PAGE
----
- Marc BenioffCEO of Salesforce, has made a name for himself in Silicon Valley for his marketing prowess.
- His unconventional marketing tactics have been instructive lessons passed on to Salesforce leaders.
- The CMOs of Twilio, Algolia, and ThoughtSpot, all Salesforce veterans, shared the lessons they learned.
While Benioff’s recent marketing strategy has focused more on promote Salesforce values and sharing client stories, in the past he’s pulled off some really crazy PR antics that have proven successful and inspired newcomers to the field.
So-called “guerrilla marketing” tactics, new and unconventional ways to promote a business, have proven to be instructive lessons for some of Salesforce’s former marketing executives.
Salesforce’s marketing department has become a training ground for those looking to move into the world of software marketing inspired by Benioff’s methods. CMOs of ThoughtSpot, Algolia and Twilio — all former Salesforce executives — told Insider that Salesforce waterfalls have transformed their approach to marketing today. Benioff’s tactics taught them to resist competition, take risks and challenge the status quo, they said.
In a memorable example of guerrilla marketing 10 years ago, Benioff landed a Scheduled speech at Oracle’s annual conference, despite a rivalry between his company and Oracle. When Oracle attempted to move his keynote address to later in the week, Benioff issued a press release saying Oracle had canceled his keynote, and he announced he would be speaking at a nearby restaurant instead.
Going directly against former Oracle CEO Larry Ellison, Benioff written in the press release, “Sorry Larry, the cloud can’t be stopped.” Benioff’s speech ultimately resulted in higher than expected conference attendance and interest.
The biggest takeaway from Oracle’s stunt? “Don’t let greater competition push you around,” said Scott Holden, CMO of ThoughtSpot and former vice president of marketing for Salesforce Platform.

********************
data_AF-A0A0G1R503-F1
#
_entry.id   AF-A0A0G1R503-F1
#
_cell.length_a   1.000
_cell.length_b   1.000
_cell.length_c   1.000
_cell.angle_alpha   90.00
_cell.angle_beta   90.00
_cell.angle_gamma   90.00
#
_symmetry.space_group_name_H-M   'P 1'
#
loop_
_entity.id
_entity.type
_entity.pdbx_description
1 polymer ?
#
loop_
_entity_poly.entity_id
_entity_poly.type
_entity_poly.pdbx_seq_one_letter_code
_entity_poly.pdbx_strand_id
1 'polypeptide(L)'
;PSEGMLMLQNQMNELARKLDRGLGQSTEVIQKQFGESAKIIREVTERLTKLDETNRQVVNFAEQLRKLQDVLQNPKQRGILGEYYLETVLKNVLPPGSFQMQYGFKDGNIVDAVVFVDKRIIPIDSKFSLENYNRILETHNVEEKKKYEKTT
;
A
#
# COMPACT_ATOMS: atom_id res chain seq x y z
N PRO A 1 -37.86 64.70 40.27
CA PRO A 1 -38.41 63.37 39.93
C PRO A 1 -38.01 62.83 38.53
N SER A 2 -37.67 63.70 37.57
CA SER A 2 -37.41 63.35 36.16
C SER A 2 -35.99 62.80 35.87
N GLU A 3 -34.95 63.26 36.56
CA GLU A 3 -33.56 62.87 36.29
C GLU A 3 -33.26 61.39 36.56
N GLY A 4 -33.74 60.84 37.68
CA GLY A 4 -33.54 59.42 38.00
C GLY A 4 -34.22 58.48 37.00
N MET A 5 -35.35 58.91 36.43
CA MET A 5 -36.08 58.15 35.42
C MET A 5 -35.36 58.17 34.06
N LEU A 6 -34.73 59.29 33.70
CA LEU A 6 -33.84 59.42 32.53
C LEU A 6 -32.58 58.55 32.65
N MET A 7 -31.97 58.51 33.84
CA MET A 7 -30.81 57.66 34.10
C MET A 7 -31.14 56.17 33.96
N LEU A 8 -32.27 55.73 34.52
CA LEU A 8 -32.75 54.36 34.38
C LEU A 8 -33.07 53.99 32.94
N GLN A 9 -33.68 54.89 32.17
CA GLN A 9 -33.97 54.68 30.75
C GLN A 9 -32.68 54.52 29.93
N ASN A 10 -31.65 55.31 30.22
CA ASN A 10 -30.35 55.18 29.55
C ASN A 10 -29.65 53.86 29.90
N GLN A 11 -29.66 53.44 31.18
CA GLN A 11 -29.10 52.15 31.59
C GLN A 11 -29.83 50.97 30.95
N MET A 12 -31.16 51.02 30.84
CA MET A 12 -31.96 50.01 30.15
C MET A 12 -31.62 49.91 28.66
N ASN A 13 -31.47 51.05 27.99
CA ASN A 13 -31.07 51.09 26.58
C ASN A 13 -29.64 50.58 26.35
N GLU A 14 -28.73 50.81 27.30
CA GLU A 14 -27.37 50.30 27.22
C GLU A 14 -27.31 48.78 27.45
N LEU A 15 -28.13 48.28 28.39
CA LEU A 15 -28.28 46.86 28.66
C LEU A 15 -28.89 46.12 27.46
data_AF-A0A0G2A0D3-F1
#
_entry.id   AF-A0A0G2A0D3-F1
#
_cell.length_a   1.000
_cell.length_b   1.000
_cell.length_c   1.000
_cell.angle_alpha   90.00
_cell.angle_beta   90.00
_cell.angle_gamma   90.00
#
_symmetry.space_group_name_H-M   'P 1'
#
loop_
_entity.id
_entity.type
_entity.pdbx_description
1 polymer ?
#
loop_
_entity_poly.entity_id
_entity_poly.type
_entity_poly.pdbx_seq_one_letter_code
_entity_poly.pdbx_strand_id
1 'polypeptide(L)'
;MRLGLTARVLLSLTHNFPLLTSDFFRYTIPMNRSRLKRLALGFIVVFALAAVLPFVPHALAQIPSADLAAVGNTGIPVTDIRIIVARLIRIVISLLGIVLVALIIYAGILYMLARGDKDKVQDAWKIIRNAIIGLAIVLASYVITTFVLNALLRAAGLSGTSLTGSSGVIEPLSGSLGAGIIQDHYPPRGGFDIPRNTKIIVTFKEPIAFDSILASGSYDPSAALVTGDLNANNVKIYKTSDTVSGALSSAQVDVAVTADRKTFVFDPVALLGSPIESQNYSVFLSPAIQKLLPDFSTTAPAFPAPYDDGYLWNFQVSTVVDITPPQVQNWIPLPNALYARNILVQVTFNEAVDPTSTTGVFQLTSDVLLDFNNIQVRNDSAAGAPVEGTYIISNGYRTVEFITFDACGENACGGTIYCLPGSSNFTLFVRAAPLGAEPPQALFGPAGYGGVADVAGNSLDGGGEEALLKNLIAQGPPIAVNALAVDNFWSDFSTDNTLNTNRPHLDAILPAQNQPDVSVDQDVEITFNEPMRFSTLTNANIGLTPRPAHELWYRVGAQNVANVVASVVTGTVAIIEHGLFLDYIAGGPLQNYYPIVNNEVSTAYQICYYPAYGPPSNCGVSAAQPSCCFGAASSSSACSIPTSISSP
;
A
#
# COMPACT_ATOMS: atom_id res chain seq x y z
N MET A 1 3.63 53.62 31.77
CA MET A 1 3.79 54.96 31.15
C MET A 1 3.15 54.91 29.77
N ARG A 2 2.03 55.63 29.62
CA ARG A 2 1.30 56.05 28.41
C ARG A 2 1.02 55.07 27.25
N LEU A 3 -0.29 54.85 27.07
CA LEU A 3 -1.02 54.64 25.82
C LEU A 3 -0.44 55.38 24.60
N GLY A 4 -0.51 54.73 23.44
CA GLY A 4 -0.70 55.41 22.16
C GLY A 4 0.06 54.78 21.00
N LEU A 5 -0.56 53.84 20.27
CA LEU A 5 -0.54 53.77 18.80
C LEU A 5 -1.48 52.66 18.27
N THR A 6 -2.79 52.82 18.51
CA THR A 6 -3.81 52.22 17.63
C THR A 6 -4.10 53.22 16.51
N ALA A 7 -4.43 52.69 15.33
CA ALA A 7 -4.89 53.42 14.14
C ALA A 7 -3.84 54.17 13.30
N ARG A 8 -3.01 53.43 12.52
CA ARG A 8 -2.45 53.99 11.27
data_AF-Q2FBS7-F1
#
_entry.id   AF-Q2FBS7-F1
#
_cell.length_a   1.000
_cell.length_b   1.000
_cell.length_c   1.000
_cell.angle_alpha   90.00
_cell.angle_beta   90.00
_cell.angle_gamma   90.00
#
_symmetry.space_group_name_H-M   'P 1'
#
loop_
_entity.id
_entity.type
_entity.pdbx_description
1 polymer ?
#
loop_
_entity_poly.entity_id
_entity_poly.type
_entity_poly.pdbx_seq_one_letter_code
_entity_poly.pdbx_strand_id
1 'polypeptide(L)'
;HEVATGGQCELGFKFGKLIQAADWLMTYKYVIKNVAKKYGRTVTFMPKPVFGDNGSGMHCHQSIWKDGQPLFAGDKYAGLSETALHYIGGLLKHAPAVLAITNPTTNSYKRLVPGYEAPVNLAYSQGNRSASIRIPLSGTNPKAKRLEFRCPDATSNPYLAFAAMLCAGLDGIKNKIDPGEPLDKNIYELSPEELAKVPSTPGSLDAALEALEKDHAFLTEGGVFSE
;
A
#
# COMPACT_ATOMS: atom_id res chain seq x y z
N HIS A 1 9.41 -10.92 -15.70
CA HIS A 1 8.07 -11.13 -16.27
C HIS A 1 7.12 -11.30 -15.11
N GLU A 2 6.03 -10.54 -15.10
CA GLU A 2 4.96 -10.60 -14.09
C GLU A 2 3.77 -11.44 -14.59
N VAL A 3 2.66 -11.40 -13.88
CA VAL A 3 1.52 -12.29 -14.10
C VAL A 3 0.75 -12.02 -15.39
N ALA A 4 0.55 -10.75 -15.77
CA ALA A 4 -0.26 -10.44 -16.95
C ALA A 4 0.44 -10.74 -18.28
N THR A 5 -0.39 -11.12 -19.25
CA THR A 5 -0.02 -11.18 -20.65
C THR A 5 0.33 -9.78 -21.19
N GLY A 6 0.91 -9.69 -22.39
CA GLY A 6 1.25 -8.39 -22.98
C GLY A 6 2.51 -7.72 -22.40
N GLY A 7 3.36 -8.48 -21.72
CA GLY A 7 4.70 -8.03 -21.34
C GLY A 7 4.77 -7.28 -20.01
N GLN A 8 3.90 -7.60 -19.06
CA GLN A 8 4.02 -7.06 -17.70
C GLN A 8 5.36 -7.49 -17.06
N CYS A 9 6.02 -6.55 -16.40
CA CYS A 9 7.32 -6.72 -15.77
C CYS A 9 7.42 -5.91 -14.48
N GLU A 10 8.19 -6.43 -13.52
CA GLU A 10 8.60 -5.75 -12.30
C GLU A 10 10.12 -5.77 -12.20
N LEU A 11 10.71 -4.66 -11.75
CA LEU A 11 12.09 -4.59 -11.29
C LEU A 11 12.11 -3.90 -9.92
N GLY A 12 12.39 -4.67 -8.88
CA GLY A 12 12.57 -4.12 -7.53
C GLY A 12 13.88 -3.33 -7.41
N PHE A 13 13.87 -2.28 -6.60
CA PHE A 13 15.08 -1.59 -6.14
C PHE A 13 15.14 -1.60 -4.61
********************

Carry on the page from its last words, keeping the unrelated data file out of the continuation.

“When we were kicked out of the main room at Oracle OpenWorld, we didn’t go home with our tails between our legs,” he said in an email. Instead, Salesforce employees marked the event with signs reading “The cloud must go on,” garnering more attention on social media than Oracle did for its own conference, Holden said. .
He added that he then used a similar tactic against one of ThoughtSpot’s main legacy competitors, MicroStrategy. His team distributed casino chips to everyone who demonstrated ThoughtSpot’s products at a MicroStrategy conference in Las Vegas.
Another example of Salesforce’s field marketing occurred shortly after the company was founded. Benioff staged a “demonstration” outside of Siebel’s annual user conference in 2000, to oppose old ways of buying enterprise software. Siebel was Salesforce’s biggest rival until Oracle bought it in 2005.
This stunt proved there’s nothing wrong with taking risks, said Jason McClelland, chief marketing officer of Algolia and former chief marketing officer of Salesforce-owned Heroku.
“You can beat the ‘costumes’ by being a bit of an ‘irrational actor’ — outspending them, looking for opportunities to hijack their messages, go on the attack,” McClelland said. At the very least, this tactic is much more fun, he said.
Going against the existing way is something Salesforce excels at, said Sara Varni, CMO of Twilio. That’s the big lesson Varni learned from his 10 years at Salesforce in various product marketing roles.
When releasing Twilio’s new Customer Engagement Center last month, Varni took inspiration from Salesforce’s book by pushing the team to innovate with events, content and campaigns that challenge the status quo, she said.
“Whether it’s staging a fake protest at Oracle OpenWorld or have Metallica play the national anthem at a client event,” Benioff pushed marketers to think differently and stand out from the crowd, Varni said.
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